The Transitional Stabilisation Programme (TSP) officially comes to an end in December 2020 and is being superseded by the National Development Strategy (NDS1) 2021 -2025. The Strategy seeks to consolidate and advance the achievements made under the TSP. The objective of NDS1 is to generate momentum towards increased growth resulting in more jobs, robust economic resilience and competitiveness.
A proposed 2021 Budget of $421,6 million was presented by the Minister of Finance and Economic Development yesterday. A budget deficit of $$30,8 billion (1,3 percent of GDP) is targeted in the year, representing a slight increase from the forecast 0,5 percent of GDP in 2020.
This deficit is in line with the fiscal consolidation of targeted deficits of below 2 percent of GDP throughout the NDS1 period. It is also within the SADC macroeconomic convergence threshold of 3 percent of GDP.
A clear challenge for fiscal discipline has been laid under the proposed budget and calls for strict monitoring and adherence.
The Minister alluded to that the total bids by the line ministries far outweighed what could be allowed under the strict limits that have been allocated. It therefore calls for responsibility and strict re-prioritisation of projects and expenditures within the Ministries.
The Minister proposed to finance the entire deficit through the domestic market. The proposed domestic borrowing plan is shown below:
Revenues are expected largely from tax collections aided by development partner support. In 2021, it is projected that Development Partner assistance will amount to US$841,5 million, of which US$559,3 million is expected from bilateral, whilst US$282,1 million will be from multilateral partners. A further icing on the cake will be diaspora inflows which must be continuously be harnessed.
What is of interest to note is the level of capital expenditures allocated within the proposed budget. Out of the $421,6 billion budget, capital expenditures constitute $131,6 billion (5,5 percent of GDP), while current expenditures are expected to consume $290 billion (12,1 percent of GDP).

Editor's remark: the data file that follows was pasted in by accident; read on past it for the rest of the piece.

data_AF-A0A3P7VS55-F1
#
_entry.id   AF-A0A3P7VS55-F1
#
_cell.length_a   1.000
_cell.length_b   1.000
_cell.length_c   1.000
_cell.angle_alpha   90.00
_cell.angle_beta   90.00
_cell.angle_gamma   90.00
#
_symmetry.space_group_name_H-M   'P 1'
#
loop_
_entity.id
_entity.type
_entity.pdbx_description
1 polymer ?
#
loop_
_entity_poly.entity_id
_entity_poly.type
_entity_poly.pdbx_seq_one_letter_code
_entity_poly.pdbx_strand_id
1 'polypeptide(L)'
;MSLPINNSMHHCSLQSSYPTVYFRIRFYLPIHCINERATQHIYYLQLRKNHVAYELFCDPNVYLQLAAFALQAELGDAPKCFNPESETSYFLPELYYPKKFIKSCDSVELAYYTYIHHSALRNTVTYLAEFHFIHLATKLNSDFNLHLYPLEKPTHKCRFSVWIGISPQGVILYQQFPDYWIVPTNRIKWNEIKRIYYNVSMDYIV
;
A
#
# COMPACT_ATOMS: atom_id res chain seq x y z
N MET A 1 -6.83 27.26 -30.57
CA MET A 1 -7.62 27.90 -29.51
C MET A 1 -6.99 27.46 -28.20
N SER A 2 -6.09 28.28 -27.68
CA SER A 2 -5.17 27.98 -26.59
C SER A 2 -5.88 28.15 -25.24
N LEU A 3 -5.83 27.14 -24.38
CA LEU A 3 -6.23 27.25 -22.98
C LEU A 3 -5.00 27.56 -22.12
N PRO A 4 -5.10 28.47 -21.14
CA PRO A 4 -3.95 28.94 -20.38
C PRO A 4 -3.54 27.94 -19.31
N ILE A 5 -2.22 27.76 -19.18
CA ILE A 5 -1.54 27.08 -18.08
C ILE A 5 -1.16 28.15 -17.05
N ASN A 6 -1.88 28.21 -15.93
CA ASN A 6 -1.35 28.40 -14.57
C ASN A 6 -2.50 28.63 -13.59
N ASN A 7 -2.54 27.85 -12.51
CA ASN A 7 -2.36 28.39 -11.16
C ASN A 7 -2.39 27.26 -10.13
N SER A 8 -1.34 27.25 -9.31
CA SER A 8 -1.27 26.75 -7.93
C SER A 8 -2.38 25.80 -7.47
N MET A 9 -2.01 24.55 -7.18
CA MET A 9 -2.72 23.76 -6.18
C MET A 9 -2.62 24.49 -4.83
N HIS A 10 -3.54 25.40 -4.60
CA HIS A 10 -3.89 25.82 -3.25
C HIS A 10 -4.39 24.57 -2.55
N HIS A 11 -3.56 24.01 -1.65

This is a significant shift from the expenditure paten of the past. Major highlights in the expenditure allocations are goods and services ($59,4 billion), employment costs ($142,6 billion), interest ($1,5 billion) and transfers ($86,5 billion), with the balance reserved for capital development programmes.
The major assumptions driving the 2021 budget are summarised below. It is important to highlight though that significant risk still remains especially on factors like Covid-19, international mineral prices, good agricultural seasons and especially the control of wasteful expenditures by line ministries. This therefore calls for strict monitoring for those factors that are within the control of the Government save for the exogenous ones.
Overall the Minister has endeavoured to steer the ship on the correct path with several good indicators despite a few challenges.
- Macroeconomic stabilisation has brought some stability in real wages and stability is reinforced going forward by a strong fiscal position.
- Prioritisation and bringing forward of capital expenditures. The planned fiscal deficit should translate into improved infrastructure and service benefits for the population
- The provision of climate proofing agricultural activities including irrigation capacity building provided for in the budget
- Government is moving from pay as you go pension scheme to a fully funded pension scheme for the benefit of employees and provided $1,2 billion. It also plans to clear its pensions liabilities by utilising revaluation of assets (land and buildings)
- Recurrent expenditures consistently below 12 percent and employee costs below 7 percent of GDP throughout starting with this current budget
- Budget deficit 1,3 percent below the NDS target of 2 percent and within the SADC 3 percent threshold
- While public debt is currently above 78 percent of GDP, it is planned to decline to 64 percent in 2021.